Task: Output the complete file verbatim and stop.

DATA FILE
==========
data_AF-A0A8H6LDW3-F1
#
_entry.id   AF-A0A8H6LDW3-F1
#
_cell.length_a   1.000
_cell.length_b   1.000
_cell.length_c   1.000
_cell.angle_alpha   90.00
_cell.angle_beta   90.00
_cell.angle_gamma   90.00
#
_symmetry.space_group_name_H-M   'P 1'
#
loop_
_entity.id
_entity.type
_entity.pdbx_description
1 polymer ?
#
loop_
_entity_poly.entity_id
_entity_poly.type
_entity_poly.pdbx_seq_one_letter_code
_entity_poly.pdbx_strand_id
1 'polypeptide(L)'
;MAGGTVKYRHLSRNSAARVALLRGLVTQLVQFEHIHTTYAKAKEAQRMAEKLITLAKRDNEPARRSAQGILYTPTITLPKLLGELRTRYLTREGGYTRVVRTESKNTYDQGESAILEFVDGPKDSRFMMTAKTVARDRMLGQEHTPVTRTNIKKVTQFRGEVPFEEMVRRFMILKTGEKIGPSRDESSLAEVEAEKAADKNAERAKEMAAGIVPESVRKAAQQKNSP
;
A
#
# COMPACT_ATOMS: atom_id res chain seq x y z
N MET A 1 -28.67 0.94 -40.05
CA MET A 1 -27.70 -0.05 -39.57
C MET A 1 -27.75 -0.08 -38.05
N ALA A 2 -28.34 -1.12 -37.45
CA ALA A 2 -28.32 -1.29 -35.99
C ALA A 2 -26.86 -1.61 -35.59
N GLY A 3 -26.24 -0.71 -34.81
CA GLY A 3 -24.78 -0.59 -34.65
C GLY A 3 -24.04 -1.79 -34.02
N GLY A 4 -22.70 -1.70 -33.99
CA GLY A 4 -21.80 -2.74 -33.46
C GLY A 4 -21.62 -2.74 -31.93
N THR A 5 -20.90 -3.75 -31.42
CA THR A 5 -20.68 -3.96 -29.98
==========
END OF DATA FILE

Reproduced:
data_AF-A0A8H6LDW3-F1
#
_entry.id   AF-A0A8H6LDW3-F1
#
_cell.length_a   1.000
_cell.length_b   1.000
_cell.length_c   1.000
_cell.angle_alpha   90.00
_cell.angle_beta   90.00
_cell.angle_gamma   90.00
#
_symmetry.space_group_name_H-M   'P 1'
#
loop_
_entity.id
_entity.type
_entity.pdbx_description
1 polymer ?
#
loop_
_entity_poly.entity_id
_entity_poly.type
_entity_poly.pdbx_seq_one_letter_code
_entity_poly.pdbx_strand_id
1 'polypeptide(L)'
;MAGGTVKYRHLSRNSAARVALLRGLVTQLVQFEHIHTTYAKAKEAQRMAEKLITLAKRDNEPARRSAQGILYTPTITLPKLLGELRTRYLTREGGYTRVVRTESKNTYDQGESAILEFVDGPKDSRFMMTAKTVARDRMLGQEHTPVTRTNIKKVTQFRGEVPFEEMVRRFMILKTGEKIGPSRDESSLAEVEAEKAADKNAERAKEMAAGIVPESVRKAAQQKNSP
;
A
#
# COMPACT_ATOMS: atom_id res chain seq x y z
N MET A 1 -28.67 0.94 -40.05
CA MET A 1 -27.70 -0.05 -39.57
C MET A 1 -27.75 -0.08 -38.05
N ALA A 2 -28.34 -1.12 -37.45
CA ALA A 2 -28.32 -1.29 -35.99
C ALA A 2 -26.86 -1.61 -35.59
N GLY A 3 -26.24 -0.71 -34.81
CA GLY A 3 -24.78 -0.59 -34.65
C GLY A 3 -24.04 -1.79 -34.02
N GLY A 4 -22.70 -1.70 -33.99
CA GLY A 4 -21.80 -2.74 -33.46
C GLY A 4 -21.62 -2.74 -31.93
N THR A 5 -20.90 -3.75 -31.42
CA THR A 5 -20.68 -3.96 -29.98